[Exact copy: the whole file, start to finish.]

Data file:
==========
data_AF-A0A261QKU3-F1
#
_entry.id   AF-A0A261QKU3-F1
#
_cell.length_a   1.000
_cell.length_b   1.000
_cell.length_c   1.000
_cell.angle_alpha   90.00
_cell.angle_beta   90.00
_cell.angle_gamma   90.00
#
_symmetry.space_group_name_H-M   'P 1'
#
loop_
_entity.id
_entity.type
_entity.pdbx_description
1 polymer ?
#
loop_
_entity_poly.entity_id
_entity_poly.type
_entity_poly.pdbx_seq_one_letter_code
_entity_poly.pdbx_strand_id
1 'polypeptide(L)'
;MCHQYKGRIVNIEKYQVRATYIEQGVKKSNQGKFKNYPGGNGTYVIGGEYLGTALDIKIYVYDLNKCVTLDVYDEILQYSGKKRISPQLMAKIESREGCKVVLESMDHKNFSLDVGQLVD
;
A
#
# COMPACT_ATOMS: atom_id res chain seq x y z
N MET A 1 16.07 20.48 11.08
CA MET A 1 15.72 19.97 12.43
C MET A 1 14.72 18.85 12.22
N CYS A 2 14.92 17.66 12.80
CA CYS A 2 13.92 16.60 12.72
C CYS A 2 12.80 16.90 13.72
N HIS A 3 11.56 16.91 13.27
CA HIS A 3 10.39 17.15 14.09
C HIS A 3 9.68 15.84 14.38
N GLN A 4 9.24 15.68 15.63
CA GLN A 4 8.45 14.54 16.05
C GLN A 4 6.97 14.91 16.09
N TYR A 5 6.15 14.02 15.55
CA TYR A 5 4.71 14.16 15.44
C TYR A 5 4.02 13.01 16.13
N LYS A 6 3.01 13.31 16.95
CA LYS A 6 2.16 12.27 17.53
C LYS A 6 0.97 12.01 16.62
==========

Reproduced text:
data_AF-A0A261QKU3-F1
#
_entry.id   AF-A0A261QKU3-F1
#
_cell.length_a   1.000
_cell.length_b   1.000
_cell.length_c   1.000
_cell.angle_alpha   90.00
_cell.angle_beta   90.00
_cell.angle_gamma   90.00
#
_symmetry.space_group_name_H-M   'P 1'
#
loop_
_entity.id
_entity.type
_entity.pdbx_description
1 polymer ?
#
loop_
_entity_poly.entity_id
_entity_poly.type
_entity_poly.pdbx_seq_one_letter_code
_entity_poly.pdbx_strand_id
1 'polypeptide(L)'
;MCHQYKGRIVNIEKYQVRATYIEQGVKKSNQGKFKNYPGGNGTYVIGGEYLGTALDIKIYVYDLNKCVTLDVYDEILQYSGKKRISPQLMAKIESREGCKVVLESMDHKNFSLDVGQLVD
;
A
#
# COMPACT_ATOMS: atom_id res chain seq x y z
N MET A 1 16.07 20.48 11.08
CA MET A 1 15.72 19.97 12.43
C MET A 1 14.72 18.85 12.22
N CYS A 2 14.92 17.66 12.80
CA CYS A 2 13.92 16.60 12.72
C CYS A 2 12.80 16.90 13.72
N HIS A 3 11.56 16.91 13.27
CA HIS A 3 10.39 17.15 14.09
C HIS A 3 9.68 15.84 14.38
N GLN A 4 9.24 15.68 15.63
CA GLN A 4 8.45 14.54 16.05
C GLN A 4 6.97 14.91 16.09
N TYR A 5 6.15 14.02 15.55
CA TYR A 5 4.71 14.16 15.44
C TYR A 5 4.02 13.01 16.13
N LYS A 6 3.01 13.31 16.95
CA LYS A 6 2.16 12.27 17.53
C LYS A 6 0.97 12.01 16.62